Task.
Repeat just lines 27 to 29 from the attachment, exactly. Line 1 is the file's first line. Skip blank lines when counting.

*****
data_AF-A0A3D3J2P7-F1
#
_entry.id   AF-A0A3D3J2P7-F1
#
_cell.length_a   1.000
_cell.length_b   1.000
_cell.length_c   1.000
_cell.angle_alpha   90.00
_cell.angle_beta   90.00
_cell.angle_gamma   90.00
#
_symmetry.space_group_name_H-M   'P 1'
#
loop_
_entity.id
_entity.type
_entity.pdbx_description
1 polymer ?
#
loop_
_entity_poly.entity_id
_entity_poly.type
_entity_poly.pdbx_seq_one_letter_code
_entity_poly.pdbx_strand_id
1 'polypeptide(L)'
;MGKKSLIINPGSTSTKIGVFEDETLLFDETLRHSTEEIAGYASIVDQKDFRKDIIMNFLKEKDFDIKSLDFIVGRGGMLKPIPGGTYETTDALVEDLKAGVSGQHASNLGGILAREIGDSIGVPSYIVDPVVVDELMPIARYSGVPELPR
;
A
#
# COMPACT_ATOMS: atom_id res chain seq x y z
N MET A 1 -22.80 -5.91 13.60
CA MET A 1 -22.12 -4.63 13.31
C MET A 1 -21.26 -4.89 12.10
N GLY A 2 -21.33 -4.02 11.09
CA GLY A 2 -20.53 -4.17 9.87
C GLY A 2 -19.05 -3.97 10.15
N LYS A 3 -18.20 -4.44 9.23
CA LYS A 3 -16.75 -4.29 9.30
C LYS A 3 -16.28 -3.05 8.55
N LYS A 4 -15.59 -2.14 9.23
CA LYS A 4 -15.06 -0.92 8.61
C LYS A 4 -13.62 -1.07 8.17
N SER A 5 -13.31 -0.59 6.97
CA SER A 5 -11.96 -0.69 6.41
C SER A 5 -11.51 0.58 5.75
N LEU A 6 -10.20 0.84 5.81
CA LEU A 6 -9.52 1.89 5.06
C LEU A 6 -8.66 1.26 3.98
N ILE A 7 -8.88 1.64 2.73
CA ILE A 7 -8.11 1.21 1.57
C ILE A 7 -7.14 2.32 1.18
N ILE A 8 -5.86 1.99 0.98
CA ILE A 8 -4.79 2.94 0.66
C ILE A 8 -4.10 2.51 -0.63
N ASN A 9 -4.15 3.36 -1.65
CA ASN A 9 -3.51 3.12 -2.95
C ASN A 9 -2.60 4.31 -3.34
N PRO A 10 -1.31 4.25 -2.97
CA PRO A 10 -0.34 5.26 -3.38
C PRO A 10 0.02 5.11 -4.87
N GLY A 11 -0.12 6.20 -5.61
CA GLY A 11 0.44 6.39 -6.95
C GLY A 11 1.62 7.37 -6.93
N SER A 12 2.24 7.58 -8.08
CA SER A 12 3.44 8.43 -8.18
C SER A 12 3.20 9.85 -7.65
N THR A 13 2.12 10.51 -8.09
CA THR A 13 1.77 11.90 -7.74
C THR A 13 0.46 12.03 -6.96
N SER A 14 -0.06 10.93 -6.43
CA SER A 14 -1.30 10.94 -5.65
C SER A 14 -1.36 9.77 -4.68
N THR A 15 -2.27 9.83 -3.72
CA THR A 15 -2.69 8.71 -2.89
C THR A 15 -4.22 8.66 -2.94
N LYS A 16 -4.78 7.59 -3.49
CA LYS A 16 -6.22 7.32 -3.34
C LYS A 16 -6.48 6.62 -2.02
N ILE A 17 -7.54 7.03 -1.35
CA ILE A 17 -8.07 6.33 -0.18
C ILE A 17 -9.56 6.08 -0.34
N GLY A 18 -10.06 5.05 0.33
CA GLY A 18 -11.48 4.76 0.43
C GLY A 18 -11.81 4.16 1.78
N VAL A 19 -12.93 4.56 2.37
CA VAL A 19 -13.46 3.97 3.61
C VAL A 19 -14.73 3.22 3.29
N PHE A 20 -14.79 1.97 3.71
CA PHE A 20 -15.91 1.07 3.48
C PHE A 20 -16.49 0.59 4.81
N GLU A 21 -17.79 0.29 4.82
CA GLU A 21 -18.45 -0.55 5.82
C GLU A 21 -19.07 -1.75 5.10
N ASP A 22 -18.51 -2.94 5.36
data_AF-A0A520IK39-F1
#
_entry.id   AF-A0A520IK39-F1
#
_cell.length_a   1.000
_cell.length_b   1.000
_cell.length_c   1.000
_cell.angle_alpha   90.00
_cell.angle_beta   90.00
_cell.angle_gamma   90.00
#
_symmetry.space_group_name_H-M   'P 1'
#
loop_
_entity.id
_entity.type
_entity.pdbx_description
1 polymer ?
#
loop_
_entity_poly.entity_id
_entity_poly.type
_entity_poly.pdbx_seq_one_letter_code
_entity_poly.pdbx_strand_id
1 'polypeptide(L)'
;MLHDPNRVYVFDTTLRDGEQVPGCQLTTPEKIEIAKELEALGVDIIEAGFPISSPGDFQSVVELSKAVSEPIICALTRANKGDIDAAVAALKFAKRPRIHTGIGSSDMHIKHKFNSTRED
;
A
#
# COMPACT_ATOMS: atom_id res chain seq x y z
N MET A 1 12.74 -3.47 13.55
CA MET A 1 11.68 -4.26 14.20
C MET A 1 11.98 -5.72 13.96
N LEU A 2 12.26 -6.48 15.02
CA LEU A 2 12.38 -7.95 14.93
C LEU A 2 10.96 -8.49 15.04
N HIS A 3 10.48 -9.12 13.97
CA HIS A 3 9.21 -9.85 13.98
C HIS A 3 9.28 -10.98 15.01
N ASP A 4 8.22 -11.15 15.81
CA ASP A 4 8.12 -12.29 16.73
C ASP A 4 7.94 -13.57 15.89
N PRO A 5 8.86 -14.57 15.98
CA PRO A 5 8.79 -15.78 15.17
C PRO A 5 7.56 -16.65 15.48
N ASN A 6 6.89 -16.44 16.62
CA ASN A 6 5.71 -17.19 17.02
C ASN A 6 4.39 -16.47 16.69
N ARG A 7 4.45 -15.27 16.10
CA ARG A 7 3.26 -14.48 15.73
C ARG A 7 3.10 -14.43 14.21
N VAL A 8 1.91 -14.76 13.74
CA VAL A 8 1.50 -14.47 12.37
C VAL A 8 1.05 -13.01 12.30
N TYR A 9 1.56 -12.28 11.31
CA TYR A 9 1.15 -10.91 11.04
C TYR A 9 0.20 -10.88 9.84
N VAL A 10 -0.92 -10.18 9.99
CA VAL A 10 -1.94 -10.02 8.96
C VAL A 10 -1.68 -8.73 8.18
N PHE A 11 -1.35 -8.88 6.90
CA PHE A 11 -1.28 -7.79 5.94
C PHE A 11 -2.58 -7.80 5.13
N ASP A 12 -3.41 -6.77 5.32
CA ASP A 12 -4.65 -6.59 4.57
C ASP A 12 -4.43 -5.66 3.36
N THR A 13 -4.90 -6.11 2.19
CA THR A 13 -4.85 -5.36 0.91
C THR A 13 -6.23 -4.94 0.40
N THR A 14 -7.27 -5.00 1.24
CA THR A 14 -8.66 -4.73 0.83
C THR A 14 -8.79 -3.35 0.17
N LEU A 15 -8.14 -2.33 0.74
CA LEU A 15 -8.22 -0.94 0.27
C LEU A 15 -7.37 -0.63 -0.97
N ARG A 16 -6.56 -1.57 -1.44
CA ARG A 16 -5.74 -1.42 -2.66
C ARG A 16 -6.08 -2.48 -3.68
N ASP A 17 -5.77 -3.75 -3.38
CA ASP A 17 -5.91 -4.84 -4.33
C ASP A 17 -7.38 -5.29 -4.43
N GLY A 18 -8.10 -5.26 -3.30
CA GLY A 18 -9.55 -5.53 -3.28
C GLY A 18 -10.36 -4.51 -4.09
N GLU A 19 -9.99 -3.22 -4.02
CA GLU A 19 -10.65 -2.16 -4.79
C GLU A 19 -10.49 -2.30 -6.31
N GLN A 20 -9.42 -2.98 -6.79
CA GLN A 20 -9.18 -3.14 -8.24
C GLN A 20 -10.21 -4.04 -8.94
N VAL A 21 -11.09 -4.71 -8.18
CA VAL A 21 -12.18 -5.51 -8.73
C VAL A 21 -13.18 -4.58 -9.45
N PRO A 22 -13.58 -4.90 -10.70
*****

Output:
;
A
#